A new study shows that the common bonnet monkey of South India may soon be endangered due to severe habitat loss and fragmentation.
The study reports that an invasion of the imperious rhesus monkey in the distributional range of the bonnet monkey is shrinking bonnet monkey numbers in eastern Maharashtra, northern parts of Karnataka and western Telangana.
In addition to the encroaching rhesus monkey population, disappearance of natural vegetation due to human activity has also contributed to bonnet monkey decline.
These monkeys are social creatures and happily co-exist alongside humans in urban areas such as “temples, tourist spots and roadsides,” according to Prof. Singh from the University of Mysore.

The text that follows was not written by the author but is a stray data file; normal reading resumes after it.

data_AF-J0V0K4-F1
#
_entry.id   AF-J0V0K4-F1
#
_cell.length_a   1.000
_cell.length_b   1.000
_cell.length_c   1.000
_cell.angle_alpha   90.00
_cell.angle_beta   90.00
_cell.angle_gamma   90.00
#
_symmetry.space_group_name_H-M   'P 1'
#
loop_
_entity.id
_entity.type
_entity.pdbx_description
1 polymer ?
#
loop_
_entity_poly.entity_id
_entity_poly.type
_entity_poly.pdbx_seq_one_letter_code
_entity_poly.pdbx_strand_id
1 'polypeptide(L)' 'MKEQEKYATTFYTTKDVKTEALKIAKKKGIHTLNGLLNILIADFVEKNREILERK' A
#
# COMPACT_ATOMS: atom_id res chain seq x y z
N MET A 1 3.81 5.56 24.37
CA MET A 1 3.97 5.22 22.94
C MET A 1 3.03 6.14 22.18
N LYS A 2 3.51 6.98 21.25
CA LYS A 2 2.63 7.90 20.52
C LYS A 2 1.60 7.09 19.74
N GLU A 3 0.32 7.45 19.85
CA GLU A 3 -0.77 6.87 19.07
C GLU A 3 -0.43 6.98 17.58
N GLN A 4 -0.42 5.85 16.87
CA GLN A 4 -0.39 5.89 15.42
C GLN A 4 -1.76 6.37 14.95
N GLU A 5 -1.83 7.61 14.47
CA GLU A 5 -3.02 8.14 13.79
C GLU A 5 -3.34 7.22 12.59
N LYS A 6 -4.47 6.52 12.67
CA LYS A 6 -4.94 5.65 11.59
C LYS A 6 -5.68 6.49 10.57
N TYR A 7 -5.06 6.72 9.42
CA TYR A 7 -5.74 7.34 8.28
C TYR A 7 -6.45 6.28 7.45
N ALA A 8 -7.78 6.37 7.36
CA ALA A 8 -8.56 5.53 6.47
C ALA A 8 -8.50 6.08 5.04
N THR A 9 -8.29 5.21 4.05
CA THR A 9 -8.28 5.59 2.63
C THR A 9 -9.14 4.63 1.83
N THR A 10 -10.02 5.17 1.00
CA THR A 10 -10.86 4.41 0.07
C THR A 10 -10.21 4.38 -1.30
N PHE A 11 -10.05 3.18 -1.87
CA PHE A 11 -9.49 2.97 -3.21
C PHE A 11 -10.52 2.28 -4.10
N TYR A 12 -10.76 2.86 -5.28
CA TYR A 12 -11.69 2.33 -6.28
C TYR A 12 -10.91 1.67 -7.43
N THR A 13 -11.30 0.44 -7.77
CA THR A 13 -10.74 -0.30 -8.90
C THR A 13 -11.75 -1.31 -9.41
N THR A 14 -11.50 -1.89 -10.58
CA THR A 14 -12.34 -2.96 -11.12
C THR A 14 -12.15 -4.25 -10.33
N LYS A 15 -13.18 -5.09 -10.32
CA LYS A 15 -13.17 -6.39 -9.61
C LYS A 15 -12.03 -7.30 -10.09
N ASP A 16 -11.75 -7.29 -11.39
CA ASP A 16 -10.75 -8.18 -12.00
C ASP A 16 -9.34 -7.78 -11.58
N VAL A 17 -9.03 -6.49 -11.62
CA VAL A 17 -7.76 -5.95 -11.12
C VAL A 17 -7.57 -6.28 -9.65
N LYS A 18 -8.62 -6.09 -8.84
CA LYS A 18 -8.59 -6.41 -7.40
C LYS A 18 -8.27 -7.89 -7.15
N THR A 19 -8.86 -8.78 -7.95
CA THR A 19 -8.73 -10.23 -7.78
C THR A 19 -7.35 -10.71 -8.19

However, in recent decades, many banyan trees surrounding temples and roadsides have been replaced by man-made structures and infertile land, leaving the species deprived of shelter and food.
Due to the extensive evisceration of banyan trees, an estimated 50 percent of the bonnet monkey population has vanished, according to Mewa Singh of the University of Mysore and H.N. Kumara of Salim Ali Centre for Ornithology and Natural History, Coimbatore.
“In the last 25 years, the population of bonnet monkeys around these roads has declined by between 50 and 65 percent from 2003 to 2015, alone. In other words, these monkeys are disappearing from most of their traditional habitats,” Prof. Singh said.
Habitational loss is one of the most invasive and harmful factors of species decline, disruptive not only to individual species but also to the entire ecosystem.
Luckily, in places where natural vegetation has survived urbanization, the bonnet monkey population has remained stable for the past 25 years. Such areas are prime examples of successful cohabitation between animals and humans. By keeping natural habitat preservation top of mind, we can hope to save these special creatures and other endangered species.